UNshaken discussion talks global climate
On Thursday, University of Michigan students and climate science experts gathered to participate in UNshaken, a discussion of the recent United Nations climate talks in Bonn, Germany. The students and climate experts who partook in the symposium emphasized the importance of subnational action against climate change in the United States, especially under the Trump administration.
UNshaken was put on by Climate Blue, the University’s delegation to UN climate negotiations. Despite the Trump administration’s decision to withdraw from the Paris climate accord, the expert panelists’ tone remained hopeful as they discussed ways community, philanthropic and corporate efforts can make a positive impact on the climate.
Samantha Basile, the director of Climate Blue and a third-year graduate student in the Climate and Space Sciences and Engineering Department, said the University delegation was met positively at the Bonn talks. The hopeful tones expressed in Germany carried over into Thursday’s symposium.
“I did both hear and express feelings of disappointment and sadness for the lack of U.S. federal leadership, but I saw other delegates were definitely interested in the subnational U.S. actors and the U.S. Climate Action Center,” Basile wrote to The Daily in an email. “There was a sense of hope that the world was moving forward and that U.S. subnational actors could still play a part in helping achieve the goals of the Paris Agreement.”
The expert panel consisted of leaders in the field of climate science. Among them were Alicia Douglas, CEO of Water Rising Institute, J.C. Kibbey, Midwest outreach and policy advocate for the Union of Concerned Scientists, Nathan Geisler, an energy analyst for the City of Ann Arbor, Noah Deich, co-founder of the Center for Carbon Removal, and Trish Koman, a research investigator at the Environmental Health Sciences Department.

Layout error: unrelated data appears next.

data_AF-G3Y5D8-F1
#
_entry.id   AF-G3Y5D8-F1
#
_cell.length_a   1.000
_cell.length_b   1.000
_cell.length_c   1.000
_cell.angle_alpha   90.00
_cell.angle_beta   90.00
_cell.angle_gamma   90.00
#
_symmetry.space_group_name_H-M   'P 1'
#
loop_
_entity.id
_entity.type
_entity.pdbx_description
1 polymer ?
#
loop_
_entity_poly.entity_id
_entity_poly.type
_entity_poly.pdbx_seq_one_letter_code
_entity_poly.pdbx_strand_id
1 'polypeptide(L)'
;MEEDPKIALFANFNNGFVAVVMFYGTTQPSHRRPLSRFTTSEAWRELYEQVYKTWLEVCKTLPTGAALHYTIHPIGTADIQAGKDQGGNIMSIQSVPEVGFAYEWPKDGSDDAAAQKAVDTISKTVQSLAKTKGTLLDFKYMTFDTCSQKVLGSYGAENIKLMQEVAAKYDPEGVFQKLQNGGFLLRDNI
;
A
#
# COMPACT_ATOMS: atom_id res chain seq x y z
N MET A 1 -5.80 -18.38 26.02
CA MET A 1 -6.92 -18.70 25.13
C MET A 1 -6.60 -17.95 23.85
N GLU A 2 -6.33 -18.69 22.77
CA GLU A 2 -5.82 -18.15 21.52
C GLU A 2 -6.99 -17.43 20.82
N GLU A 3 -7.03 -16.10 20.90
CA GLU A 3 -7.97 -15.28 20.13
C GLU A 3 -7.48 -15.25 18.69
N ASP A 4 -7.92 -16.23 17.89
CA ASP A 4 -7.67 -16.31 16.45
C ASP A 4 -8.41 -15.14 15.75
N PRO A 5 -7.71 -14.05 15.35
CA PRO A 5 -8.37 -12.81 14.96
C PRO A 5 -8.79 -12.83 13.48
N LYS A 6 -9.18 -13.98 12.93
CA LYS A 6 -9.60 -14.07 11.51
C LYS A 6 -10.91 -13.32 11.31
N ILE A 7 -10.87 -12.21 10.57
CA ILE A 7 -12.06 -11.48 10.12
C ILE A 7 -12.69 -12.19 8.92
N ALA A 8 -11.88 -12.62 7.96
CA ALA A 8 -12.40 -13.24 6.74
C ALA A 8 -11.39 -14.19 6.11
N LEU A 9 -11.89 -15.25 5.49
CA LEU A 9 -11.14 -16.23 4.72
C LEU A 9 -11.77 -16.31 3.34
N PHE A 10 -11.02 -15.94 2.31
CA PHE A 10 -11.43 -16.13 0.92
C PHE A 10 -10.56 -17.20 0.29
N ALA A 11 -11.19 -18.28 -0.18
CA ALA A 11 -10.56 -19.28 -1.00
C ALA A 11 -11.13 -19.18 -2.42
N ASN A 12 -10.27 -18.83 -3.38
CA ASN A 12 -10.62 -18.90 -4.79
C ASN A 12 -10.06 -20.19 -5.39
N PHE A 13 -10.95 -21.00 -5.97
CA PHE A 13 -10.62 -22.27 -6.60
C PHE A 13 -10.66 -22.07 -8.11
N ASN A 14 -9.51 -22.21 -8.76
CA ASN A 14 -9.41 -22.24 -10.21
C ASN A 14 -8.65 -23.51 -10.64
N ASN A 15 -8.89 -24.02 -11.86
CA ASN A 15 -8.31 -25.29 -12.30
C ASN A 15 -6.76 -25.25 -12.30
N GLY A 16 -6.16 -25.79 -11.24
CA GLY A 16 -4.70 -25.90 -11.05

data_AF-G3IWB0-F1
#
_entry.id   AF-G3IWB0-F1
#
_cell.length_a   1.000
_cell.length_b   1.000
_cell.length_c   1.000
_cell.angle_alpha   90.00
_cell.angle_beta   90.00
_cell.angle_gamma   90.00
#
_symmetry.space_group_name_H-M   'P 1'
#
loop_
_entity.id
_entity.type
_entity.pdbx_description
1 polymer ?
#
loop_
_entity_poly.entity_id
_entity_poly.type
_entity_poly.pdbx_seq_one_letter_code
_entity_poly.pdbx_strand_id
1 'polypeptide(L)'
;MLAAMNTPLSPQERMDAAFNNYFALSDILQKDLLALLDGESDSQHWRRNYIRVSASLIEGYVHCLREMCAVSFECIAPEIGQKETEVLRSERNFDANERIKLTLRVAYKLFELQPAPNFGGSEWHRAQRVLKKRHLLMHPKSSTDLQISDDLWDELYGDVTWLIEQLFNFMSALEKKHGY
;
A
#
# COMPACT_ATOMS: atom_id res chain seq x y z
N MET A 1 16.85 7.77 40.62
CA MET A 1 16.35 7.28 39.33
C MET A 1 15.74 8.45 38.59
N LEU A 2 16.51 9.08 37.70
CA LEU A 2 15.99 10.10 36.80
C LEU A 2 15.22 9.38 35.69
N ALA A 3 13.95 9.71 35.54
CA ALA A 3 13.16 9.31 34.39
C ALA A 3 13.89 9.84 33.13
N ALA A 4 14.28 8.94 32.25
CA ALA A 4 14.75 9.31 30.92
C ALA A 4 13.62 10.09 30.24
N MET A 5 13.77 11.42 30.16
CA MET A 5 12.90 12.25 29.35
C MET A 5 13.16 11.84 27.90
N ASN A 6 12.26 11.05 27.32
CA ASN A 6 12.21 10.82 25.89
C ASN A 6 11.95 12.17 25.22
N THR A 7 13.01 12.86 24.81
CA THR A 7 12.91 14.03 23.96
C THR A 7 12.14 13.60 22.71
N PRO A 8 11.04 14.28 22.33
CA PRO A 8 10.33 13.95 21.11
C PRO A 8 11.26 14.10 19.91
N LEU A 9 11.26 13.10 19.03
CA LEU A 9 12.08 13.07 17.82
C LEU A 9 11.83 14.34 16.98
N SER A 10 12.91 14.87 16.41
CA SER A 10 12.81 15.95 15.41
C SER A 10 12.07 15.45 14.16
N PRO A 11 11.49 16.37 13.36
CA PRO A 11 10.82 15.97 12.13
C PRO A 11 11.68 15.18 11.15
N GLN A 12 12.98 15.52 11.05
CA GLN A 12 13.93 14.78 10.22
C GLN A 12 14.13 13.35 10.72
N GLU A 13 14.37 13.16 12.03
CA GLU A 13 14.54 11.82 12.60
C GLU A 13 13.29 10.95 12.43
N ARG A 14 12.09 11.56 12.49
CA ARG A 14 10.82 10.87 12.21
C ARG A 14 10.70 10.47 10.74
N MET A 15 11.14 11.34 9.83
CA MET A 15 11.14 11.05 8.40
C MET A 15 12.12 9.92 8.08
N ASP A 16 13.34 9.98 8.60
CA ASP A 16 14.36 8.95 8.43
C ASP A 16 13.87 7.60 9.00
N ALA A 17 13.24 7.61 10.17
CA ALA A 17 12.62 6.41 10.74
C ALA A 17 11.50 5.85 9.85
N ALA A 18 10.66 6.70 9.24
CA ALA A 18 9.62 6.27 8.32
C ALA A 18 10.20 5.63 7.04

When asked about his reaction to the U.S. pulling out of the Paris agreement, Geisler pointed to the fact that cities like Ann Arbor are continuing to make progress toward policy change independent of the federal government.
“I have the realization that this will mobilize people here pretty quickly,” Geisler said. “We have doubled down and we have been making local progress.”
Deich echoed this sentiment, describing the impact non-governmental organizations in the U.S. are capable of making.
“I don’t think the U.S. signaling they are going to pull out sometime in the future is a big headwind in the conversation,” he said. “The world recognizes that the U.S. will continue to be a big leader if not at the federal level, at a private, local, and philanthropic one.”
Deich's organization, the Center for Carbon Removal, was founded about two years ago and drives innovation to remove carbon dioxide from the atmosphere.
“Our role is to bring people together,” Deich said. “Not many people out there understand the emissions gap.”
Still, significant challenges have emerged as a result of the current administration's position on climate change. Alicia Douglas, the CEO of Water Rising Institute, explained the challenges conservation organizations have faced in recent months.
“Since the administration has pulled out, our colleagues have had to fight for all the funding,” she said. “Private, public and philanthropic sources have come together to make some restoration possible.”
J.C. Kibbey, the Midwest outreach and policy advocate for the Union of Concerned Scientists, describes his personal reaction to the U.S. withdrawal, noting that progress does still remain possible.
“On a personal level it was really disheartening,” Kibbey said referring to the Paris Accords' goal of limiting global warming. “We are already at a place where 2 degrees feels ambitious. There are reasons to be encouraged about subnational action. It’s particularly encouraging in Michigan considering the Republican leadership.”
Attendees consisted of community members and University students interested in environmental action and global affairs. LSA senior Graham Bevier studies conservation biology and said he came to the symposium to learn more about global environmental policy.
“As I'm about to graduate, I am interested in what's happening on an international level,” Bevier said.